Dublin’s real estate resurgence propels city up liquidity benchmark – RCA
Ireland’s economic upturn has helped the country’s capital move up the rankings of the world’s most liquid property markets, according to Real Capital Analytics (RCA).
According to the RCA Capital Liquidity Scores report, Dublin is now ranked in the top 25 of the world’s most liquid real estate markets. That compares with the city’s ranking at 151 from 155 global markets in the depths of the financial crisis.
The research from the property data firm states that the “transformation in the fortunes of Ireland’s economy and turnaround” in Dublin’s real estate investment sector since the crash in the financial crisis a decade ago, has propelled the Irish capital up the rankings.
The report which covered 155 international markets showed that central London was ranked as the most liquid real estate market globally on the eve of the Brexit referendum vote in June 2016, but has since slipped to 10th place at the end of last year.
New York’s Manhattan commercial real estate market maintained its post-crisis level of liquidity and remains the most liquid market in the world.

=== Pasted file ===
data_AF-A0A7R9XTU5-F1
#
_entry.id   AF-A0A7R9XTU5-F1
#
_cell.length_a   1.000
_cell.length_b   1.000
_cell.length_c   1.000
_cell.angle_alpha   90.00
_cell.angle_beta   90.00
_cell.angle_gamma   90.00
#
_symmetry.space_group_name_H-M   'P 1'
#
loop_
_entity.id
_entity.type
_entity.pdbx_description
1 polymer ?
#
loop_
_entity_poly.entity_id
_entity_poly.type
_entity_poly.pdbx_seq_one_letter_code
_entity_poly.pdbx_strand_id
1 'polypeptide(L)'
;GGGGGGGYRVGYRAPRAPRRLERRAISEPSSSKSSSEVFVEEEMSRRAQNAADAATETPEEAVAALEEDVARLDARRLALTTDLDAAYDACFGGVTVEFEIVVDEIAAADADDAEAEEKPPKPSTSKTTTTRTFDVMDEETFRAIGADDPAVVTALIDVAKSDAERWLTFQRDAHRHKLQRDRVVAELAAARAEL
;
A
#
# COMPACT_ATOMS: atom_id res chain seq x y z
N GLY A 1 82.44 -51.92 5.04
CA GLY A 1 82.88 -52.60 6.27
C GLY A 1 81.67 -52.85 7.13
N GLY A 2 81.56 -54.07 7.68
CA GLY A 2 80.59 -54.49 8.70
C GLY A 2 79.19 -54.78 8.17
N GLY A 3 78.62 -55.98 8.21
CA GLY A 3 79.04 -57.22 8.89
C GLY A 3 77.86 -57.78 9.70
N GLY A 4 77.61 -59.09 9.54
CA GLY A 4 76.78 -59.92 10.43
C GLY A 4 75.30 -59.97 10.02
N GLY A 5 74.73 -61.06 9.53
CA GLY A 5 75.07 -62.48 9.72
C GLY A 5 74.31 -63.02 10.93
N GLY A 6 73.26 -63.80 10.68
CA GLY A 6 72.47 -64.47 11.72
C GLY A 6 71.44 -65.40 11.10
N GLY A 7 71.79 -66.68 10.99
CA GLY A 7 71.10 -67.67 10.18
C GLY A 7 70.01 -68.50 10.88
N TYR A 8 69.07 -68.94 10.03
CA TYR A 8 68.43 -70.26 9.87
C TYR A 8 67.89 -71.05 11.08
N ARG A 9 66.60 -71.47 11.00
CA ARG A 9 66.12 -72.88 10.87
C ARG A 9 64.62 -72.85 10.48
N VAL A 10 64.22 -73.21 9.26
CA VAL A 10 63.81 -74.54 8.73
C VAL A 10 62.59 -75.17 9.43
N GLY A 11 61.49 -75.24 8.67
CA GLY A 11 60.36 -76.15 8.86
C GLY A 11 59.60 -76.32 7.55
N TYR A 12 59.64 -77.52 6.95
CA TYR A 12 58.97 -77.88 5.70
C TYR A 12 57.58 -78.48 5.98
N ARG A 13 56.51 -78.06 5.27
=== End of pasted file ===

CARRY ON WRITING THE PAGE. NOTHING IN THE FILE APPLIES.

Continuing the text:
Tom Leahy, RCA’s senior director of EMEA analytics, said: “Dublin’s real estate investment market is one of the great recovery success stories of the post-crisis European property market cycle.”
Leahy said the market has moved from being debt-driven and dominated by local market players before 2008, to a recognised international institutional investment destination where pension funds and other investors are “comfortable in placing their equity” in offices, private rented residential and other property sectors.
“As prices have risen and yields have fallen, RCA’s liquidity benchmark showed Dublin’s score climbed to a record high at the end of 2018.
“However, if the dramatic turnaround means liquidity has improved significantly, it also makes the Irish capital look the most volatile global market covered by the research, with the widest range in scores of any market covered. This presents itself as a risk to investors, should liquidity evaporate again in the manner it did during the last downturn.”